What is a Dhoti?
A dhoti is a rectangular piece of cloth, customarily white or cream in color, that is five yards long worn by men in India. Although there are more than 60 ways of wearing a dhoti, it is typically adorned by wrapping it around the waist and legs, and then securing it with a knot at the waist. The dhoti is often viewed as a strong affirmation of Indian culture and is worn for formal occasions, such as performances, weddings, and important governmental events.
Each region of India has different standards as to how the dhoti should be worn. In the Northern regions of India, the garment is commonly worn with a loose-fitting shirt called a kurta. In Southern India, men typically wear it with an angavastram — an unstitched cloth that is draped over one of the shoulders. It is not uncommon for men in this region to shorten the cloth by folding it more at the waist, thereby leaving their knees, calves, and feet uncovered. This way of wearing the dhoti comes with restrictions, though, because it is considered socially disrespectful to speak to women or superiors with the legs uncovered.
The religious sect Hare Krishna has aided in popularizing the dhoti in the West. This sect requires its followers to adhere to a strict dress code that includes wearing the cloth in white or saffron yellow. Most people also associate the cloth with Mahatma Gandhi — an Indian spiritual leader and activist who wore it often to honor his heritage.
To wear a dhoti, a person first wraps the cloth around the waist in the middle of its length. Instead of holding the cloth at the corners of each end, a person then holds the sections on each side that are more inward and closer to the waist. The rest of the cloth can be allowed to then fall to the ground.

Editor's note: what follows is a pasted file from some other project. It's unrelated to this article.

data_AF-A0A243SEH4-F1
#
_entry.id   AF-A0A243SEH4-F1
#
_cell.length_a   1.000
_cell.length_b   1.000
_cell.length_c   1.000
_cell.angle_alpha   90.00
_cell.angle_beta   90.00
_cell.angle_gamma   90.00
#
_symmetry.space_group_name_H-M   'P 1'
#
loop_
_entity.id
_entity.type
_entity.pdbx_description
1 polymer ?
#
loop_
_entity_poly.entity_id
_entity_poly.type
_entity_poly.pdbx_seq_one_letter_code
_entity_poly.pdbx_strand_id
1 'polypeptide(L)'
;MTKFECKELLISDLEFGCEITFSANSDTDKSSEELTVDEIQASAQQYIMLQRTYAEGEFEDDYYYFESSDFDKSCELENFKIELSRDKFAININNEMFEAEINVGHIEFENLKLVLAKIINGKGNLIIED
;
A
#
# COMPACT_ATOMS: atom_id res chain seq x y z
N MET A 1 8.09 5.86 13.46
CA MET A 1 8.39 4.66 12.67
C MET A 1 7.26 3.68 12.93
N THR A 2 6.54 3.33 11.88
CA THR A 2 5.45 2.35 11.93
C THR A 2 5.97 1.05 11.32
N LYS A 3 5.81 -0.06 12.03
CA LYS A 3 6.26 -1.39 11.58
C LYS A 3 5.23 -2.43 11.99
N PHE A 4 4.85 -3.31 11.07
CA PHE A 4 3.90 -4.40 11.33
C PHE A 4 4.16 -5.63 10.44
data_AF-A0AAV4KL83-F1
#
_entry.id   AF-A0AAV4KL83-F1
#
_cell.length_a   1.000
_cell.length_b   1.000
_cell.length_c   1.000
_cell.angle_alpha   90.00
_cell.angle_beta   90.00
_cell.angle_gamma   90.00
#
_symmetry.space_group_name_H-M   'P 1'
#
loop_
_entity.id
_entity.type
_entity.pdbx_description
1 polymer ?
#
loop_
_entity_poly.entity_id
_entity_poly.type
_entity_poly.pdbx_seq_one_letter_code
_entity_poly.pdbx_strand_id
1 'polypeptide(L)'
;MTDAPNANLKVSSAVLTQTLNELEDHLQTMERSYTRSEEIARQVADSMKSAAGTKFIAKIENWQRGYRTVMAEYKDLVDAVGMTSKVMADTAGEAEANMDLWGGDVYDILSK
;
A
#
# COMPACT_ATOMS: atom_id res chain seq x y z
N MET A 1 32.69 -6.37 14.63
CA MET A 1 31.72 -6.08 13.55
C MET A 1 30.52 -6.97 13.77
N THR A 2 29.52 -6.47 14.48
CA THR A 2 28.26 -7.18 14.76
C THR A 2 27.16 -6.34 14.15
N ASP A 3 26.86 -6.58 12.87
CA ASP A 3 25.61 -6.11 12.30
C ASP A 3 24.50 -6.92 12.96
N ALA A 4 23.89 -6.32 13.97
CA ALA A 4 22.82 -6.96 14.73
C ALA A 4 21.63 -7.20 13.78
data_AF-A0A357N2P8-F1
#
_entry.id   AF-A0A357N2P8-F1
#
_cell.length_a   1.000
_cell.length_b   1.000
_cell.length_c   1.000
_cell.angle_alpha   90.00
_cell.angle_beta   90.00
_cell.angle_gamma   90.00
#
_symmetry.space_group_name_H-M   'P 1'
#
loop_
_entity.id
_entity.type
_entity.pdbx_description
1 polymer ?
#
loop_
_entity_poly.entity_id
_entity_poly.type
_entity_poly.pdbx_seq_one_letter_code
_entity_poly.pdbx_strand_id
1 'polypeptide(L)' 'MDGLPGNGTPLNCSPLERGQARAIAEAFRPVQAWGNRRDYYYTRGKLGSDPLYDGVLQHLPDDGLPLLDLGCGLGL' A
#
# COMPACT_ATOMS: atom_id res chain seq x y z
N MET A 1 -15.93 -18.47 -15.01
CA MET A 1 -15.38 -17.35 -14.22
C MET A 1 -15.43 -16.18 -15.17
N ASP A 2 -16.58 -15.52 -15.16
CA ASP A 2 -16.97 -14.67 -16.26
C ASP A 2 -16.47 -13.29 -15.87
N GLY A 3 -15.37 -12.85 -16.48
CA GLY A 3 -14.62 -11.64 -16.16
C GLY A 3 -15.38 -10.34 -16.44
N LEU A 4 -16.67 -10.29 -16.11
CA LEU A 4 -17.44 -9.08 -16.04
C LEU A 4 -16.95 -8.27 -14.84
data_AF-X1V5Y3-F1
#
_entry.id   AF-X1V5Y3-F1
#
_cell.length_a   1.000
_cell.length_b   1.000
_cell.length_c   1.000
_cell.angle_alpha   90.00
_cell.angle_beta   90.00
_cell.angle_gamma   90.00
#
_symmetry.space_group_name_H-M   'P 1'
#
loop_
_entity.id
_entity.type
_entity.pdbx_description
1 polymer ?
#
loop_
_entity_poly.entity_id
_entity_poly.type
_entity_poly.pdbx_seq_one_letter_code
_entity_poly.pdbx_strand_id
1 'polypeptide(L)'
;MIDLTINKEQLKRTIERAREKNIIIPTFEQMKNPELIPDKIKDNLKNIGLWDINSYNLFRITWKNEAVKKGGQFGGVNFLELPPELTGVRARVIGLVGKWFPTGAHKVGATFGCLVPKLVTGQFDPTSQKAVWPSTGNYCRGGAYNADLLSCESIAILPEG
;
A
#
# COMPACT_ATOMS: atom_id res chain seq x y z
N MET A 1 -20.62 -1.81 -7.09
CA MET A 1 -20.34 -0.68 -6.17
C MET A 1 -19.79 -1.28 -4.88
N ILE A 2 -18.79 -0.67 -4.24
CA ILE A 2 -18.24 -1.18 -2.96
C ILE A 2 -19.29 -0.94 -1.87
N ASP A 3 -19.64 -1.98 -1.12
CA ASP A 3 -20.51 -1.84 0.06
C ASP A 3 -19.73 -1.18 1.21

A knot is then made using the inner part of both sides of the cloth near the stomach to tighten the fabric. It is then tightened enough so that the hands can be free. The end of the right side of the cloth that has fallen to the ground is brought up between the legs and pulled upward in the back so that it can be tucked into the waistband. The same is then done with the end of the left side.
Although this garment does not have pockets, many men use the folds in the fabric at the waist to carry important personal items, such as identification cards and money clips. The dhoti is not commonly worn with undergarments, either. This generally is the rule because it fully covers the legs and midsection of the body.
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